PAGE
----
Hi i have a vw t4 1.9td, it had developed air in the fuel line when left overnight, it starts fine then starts losing power before eventually stalling after about 10 mins, it then struggles to start but eventually ndoes then is fine til it ti is left again, as the fuel lines are clear it is visable that air in the lines is the problem but i have no idea how it is getting in?
- If you need clarification, ask it in the comment box above.
- Better answers use proper spelling and grammar.
- Provide details, support with references or personal experience.
Tell us some more! Your answer needs to include more details to help people.You can't post answers that contain an email address.Please enter a valid email address.The email address entered is already associated to an account.Login to postPlease use English characters only.
Tip: The max point reward for answering a question is 15.
Close the filter drain cock, remove the filter, fill the filter with fuel and put it back on. Now crank the engine to start at a faster speed and let it blubber till it smooths out and your good. If you\'ve been cranking on it already, hope not, then you have allowed air into your fuel system and you must bleed all the air out at the injector lines until there is fuel coming out of each line you\'ve got cracked open at each injector. It will take some time and a lot of cranking. But if you do it like I said to start with, it will start easily. I\'m an old timer and love diesel engines. Old school way is the only way.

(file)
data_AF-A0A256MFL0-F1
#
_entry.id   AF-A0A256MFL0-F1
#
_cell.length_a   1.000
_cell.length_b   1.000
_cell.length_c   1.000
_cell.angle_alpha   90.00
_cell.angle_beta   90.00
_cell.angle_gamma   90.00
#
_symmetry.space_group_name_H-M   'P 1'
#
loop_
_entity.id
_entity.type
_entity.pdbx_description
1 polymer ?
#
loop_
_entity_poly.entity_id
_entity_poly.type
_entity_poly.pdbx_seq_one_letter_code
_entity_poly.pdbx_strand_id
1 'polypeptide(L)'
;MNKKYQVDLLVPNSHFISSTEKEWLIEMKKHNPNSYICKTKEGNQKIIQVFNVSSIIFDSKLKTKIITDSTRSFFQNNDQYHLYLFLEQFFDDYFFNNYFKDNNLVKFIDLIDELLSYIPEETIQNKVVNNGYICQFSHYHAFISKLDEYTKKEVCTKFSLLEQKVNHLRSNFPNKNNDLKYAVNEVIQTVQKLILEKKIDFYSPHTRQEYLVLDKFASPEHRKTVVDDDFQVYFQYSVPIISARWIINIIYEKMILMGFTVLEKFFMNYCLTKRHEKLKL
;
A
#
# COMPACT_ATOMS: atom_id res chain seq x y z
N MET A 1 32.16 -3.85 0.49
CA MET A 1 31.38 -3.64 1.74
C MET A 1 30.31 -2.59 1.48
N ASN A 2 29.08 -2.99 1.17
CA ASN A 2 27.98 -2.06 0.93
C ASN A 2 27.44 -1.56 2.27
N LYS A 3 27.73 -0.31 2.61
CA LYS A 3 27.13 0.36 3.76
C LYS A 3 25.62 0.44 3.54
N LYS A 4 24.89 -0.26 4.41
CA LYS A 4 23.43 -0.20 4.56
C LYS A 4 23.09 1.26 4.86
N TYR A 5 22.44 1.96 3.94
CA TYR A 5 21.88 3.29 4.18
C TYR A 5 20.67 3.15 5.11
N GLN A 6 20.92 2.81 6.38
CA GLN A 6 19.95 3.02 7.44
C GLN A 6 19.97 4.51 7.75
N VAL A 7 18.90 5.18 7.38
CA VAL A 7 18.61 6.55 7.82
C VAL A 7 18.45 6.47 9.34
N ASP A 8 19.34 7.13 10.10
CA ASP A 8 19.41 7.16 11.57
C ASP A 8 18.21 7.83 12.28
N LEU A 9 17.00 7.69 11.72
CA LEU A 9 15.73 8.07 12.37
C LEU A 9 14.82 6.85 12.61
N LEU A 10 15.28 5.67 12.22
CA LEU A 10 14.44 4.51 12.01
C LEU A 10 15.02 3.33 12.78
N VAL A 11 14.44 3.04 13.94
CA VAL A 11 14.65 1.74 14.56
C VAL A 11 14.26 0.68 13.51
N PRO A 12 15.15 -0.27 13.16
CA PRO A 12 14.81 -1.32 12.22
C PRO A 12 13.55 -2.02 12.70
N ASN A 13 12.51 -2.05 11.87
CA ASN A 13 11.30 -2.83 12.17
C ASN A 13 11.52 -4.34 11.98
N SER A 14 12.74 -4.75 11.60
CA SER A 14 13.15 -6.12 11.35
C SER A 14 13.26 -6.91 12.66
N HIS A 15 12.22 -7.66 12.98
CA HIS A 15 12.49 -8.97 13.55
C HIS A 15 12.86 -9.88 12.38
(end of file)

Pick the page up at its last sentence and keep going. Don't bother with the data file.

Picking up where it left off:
There are devices in the Bosch CIS-E system not functioning that may need replaced. Most commonly it would be the thermo-time switch. This switch is also a sensor telling the ECU whether your engine is cold or hot so it would compensate fuel delivery depending on temperature. An auxiliary air regulator also opens (more air) or closes (less air) dependent from the thermo-time switch signals. It's basically telling the ECU when it's a cold morning to supply a richer air/fuel mixture or not to when it's at operating temperature. There is also a cold start valve (fifth fuel injector) that could be sticking or leaking or simply not supplying fuel during cold start up. Again, this has a higher level of understanding and special VW tools to diagnose your fuel injection problem that should be left to a VW tech to work on. It could be dangerous because fuel is involved, a single spark from static electricity could ruin your day.
It sounds to me like it's going into "limp mode" - Google it! It's a kind of "get-you-home" setting when there's something wrong. You will need to get the fault codes read (or do it yourself with VAG-com software on a laptop) and then take it from there. It needn't be an expensive problem - maybe a split air hose in the turbo system - or it might be a dirty MAF or stuck vanes in the turbo itself, or any combination of 1300 other things. Main thing is - don't go replacing things willy nilly! Get the fault codes (aka DTC's) read first. An interface cable costs about £15 and the VAG-com software can be downloaded for free.
Hope this helps you a bit. If it does, a "Fixya" rating would be much appreciated. If it doesn't help you, I'd be grateful if you didn't bother with a rating at present - they can't be increased later if I do manage to solve your problem! Just come back and tell me what you found.
93 Golf, 96 Passat, 97 Sharan